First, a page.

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04-21-2010, 08:05 PM   #1
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crane and building
Lens: tamron 70-300 mm Camera: k20d 

Could somebody do a critique on this picture. I like taking pics with available light and I know this one is with a shake (not using a tripod) but are my settings correct?

ISO - 560
Aperture f/4.0
Exposure 3
EV +2
Focal length 70 mm
no flash

If you were to take the shot what setting would you use and what would be the result of your shot?




04-21-2010, 08:11 PM   #2
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Well, if I couldn't find a tripod I would either find something sturdy to brace myself against or something to set the camera on, because an exposure this long handheld is just not going to work at any settings. If you had a larger aperture lens, then it would help out a little bit, or you could raise the ISO up a lot more, but pretty much if you don't have a tripod or something that you can set your camera on, then you're not going to get a sharp photo here.
04-21-2010, 09:34 PM   #3
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i know I should have used a sturdier prop for a tripod but if there was no shake would this picture do for a low light setting?
04-21-2010, 09:38 PM   #4
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Well your hypothetical doesn't really work since you're always going to have shake at that shutter speed, but I'll humor you anyways. I think it would look great if there was no shake, the framing and exposure looks good and there's a good subject in it too. You did cut off the back of the crane though, and all of that stuff on the bottom of this photo isn't really adding much to it either.

04-22-2010, 05:41 AM   #5
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@jct
is this any better, I'm not sure if there is still a shake but took your advice to have a bigger aperture (used f/2) here, 50mm and trimmed the destruction below

04-22-2010, 01:15 PM   #6
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The framing is better on teh crane and there is a lot less shake (although it's still quite blurry, I wouldn't want to frame this or even really print it out) but tehre's still some stuff on the bottom that is distracting and not really visible or in focus enough to add anything, and that building on the right should just go entirely. It's a good step up though.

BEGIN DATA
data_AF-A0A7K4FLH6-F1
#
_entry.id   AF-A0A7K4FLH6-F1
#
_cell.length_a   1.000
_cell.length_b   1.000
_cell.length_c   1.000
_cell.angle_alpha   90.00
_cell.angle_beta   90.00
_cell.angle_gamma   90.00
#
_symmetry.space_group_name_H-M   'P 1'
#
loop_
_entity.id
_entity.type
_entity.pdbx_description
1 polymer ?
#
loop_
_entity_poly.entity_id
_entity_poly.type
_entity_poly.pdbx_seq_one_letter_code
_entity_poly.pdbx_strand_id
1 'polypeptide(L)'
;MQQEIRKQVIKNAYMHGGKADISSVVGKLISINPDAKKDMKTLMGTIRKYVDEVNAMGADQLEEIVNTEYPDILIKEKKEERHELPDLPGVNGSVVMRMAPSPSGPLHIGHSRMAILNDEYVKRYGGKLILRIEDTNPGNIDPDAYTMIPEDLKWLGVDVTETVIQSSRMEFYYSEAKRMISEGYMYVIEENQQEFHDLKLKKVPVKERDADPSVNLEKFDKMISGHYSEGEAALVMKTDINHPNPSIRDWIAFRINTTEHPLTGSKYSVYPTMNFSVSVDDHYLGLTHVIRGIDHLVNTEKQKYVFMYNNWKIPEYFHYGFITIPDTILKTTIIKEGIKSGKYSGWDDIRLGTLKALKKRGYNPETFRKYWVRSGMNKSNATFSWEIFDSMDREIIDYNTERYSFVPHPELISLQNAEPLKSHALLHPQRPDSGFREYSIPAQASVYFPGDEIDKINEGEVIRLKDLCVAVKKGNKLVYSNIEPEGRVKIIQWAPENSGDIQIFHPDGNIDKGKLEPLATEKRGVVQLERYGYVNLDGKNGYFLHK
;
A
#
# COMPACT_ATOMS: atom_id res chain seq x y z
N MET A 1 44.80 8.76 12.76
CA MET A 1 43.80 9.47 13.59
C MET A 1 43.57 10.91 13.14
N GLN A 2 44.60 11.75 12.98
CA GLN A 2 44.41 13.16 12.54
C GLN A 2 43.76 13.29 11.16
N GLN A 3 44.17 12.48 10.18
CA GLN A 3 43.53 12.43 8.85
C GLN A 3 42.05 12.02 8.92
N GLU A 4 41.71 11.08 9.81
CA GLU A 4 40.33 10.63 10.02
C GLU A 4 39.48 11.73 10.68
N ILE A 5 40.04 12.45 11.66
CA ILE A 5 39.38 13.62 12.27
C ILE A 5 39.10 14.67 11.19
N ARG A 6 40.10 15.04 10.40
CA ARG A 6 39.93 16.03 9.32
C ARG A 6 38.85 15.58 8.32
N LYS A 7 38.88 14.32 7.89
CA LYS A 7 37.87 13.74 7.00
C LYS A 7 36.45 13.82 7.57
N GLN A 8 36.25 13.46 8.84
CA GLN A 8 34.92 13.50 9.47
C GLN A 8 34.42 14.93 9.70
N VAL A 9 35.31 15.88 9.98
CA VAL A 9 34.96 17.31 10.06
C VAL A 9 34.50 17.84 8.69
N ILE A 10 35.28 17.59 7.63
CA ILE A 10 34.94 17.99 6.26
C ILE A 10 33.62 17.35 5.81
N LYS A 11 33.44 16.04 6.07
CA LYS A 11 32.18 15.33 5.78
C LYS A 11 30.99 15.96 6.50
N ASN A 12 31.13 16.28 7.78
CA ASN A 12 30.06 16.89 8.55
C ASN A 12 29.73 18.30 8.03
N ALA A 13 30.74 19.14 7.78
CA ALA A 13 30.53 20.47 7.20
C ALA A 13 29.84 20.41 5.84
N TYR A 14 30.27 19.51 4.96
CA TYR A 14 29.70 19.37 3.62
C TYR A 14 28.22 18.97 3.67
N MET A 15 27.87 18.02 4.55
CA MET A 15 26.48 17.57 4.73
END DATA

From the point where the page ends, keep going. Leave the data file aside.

04-22-2010, 09:34 PM   #7
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For night scene shots always used tripod. If there is none find a table or a railling or some solid flat surface to prop the camera for taking night scene like the picture shown by the first post. If nothing else is available, prop your elbow to your chest and try taking it while holding your breath.

The second picture is much better than the first because :
1) slightly sharper than the first picture
2) picture composition (framing) is better

Further improvement (others than what jct us101 mentioned) is maybe zoom more on the tower crane to make it the main subject without the black sky above.

Cheers.
04-23-2010, 07:24 AM   #8
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I really like the subject with this shot, but I don't agree that opening the lens is going to make things better. Yes, it will allow a faster shutter speed but your image is also going to get much softer as well. I noticed that you said that you did not use a tripod because you did not have one, that’s fine, we all run into problems like that.

However, what you wanted to do here is lay the camera on a table or railing so that the camera is perfectly still. Then set you aperture to whatever you like because since you are no longer holding the camera there is no camera shake to worry about. Then put your camera on a 2 second delay, compose your shot, push the shutter button, let the camera take the photo and there you have it. A photo that is very sharp because you stopped the lens down and since you were not holding the camera, no movement worked its way into the photo.

Other then that I really like the composition on this subject, especially the second one. With those lights on the crane’s main arm you could get some really cool looking photos.

Hope this helps,
Cory


Last edited by Tuner571; 04-25-2010 at 08:59 PM.
04-25-2010, 08:00 PM   #9
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QuoteOriginally posted by Pentaxie Quote
For night scene shots always used tripod.
Yep, that sums it up. While you might be able to get by in individual situations by putting the camera on a convenient surface, that option does not always exist. In general you need three-legged support device. You can start by reading this reviews thread. I use a Slik Sprint Pro II which is lightweight yet well made and cost me only 70 pounds sterling. Of course one can pay a lot more and get something a lot sturdier, but this is excellent value.
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